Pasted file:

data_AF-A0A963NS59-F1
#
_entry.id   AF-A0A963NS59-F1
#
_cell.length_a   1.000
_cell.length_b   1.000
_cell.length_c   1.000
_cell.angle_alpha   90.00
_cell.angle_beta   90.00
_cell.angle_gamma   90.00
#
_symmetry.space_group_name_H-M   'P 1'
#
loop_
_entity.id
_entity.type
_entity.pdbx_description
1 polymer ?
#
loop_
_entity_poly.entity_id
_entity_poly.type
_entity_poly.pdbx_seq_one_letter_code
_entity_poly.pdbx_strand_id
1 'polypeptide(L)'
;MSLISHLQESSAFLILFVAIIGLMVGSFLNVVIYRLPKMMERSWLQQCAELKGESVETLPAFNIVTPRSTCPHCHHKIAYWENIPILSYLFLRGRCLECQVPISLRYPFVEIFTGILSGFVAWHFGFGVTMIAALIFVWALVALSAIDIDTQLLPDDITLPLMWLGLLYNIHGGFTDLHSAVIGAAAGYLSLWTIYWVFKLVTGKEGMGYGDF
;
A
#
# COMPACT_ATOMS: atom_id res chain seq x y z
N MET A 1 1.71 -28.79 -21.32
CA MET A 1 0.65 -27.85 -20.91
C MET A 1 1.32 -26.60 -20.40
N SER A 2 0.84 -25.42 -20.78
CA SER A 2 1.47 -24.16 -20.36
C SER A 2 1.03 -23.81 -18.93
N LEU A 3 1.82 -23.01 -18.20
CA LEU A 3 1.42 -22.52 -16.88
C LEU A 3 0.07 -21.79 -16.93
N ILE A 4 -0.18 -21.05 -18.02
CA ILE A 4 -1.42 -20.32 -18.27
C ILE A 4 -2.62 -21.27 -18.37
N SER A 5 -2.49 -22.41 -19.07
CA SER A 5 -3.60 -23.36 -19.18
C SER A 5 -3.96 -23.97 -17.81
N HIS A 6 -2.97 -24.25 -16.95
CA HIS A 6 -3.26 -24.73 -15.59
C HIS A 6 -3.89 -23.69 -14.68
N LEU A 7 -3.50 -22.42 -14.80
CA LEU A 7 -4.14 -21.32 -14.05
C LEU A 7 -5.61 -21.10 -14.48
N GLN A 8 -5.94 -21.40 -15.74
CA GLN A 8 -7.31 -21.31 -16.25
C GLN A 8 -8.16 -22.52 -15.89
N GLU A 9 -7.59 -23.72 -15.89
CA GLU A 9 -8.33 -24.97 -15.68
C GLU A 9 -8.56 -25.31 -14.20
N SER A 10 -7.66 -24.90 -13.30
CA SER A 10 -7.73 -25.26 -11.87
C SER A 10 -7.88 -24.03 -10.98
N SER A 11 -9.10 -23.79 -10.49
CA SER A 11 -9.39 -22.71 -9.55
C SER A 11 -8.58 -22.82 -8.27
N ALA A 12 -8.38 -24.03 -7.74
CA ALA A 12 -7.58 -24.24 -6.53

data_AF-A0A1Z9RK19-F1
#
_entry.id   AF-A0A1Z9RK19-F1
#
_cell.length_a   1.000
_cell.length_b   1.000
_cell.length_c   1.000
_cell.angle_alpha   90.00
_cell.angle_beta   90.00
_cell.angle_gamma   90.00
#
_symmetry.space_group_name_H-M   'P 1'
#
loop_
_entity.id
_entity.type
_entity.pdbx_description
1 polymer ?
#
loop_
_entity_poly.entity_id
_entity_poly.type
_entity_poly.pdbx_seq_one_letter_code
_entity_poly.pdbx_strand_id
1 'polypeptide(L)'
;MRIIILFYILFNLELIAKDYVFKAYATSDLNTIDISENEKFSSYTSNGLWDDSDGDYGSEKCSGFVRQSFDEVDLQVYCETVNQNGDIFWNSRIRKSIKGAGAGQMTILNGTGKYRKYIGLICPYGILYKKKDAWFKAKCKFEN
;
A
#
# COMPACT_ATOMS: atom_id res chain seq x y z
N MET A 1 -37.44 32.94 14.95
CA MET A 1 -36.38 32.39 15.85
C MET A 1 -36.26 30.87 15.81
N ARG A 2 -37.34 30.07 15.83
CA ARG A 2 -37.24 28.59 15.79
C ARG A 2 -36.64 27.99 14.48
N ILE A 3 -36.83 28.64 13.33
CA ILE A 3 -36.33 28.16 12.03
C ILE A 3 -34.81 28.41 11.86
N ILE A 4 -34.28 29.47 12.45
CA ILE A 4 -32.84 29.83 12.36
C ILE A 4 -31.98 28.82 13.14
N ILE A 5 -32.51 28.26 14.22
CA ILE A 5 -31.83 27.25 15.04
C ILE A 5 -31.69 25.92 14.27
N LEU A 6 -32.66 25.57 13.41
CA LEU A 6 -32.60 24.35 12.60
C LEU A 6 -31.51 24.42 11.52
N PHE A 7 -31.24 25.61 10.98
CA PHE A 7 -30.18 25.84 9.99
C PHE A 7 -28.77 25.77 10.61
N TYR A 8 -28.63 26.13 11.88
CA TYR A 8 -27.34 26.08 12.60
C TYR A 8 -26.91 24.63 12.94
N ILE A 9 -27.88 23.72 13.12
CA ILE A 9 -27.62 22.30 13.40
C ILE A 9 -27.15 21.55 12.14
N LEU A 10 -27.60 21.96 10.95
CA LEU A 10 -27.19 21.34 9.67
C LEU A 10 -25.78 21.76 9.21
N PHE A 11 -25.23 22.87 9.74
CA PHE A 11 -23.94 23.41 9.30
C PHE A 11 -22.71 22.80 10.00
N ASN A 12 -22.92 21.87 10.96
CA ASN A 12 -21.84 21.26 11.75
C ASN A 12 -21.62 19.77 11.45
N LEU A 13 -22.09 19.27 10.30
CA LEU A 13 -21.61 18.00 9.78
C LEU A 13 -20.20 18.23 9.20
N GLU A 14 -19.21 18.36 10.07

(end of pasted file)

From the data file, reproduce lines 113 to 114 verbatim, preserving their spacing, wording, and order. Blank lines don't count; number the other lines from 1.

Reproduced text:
C LEU A 6 -31.51 24.42 11.52
N PHE A 7 -31.24 25.61 10.98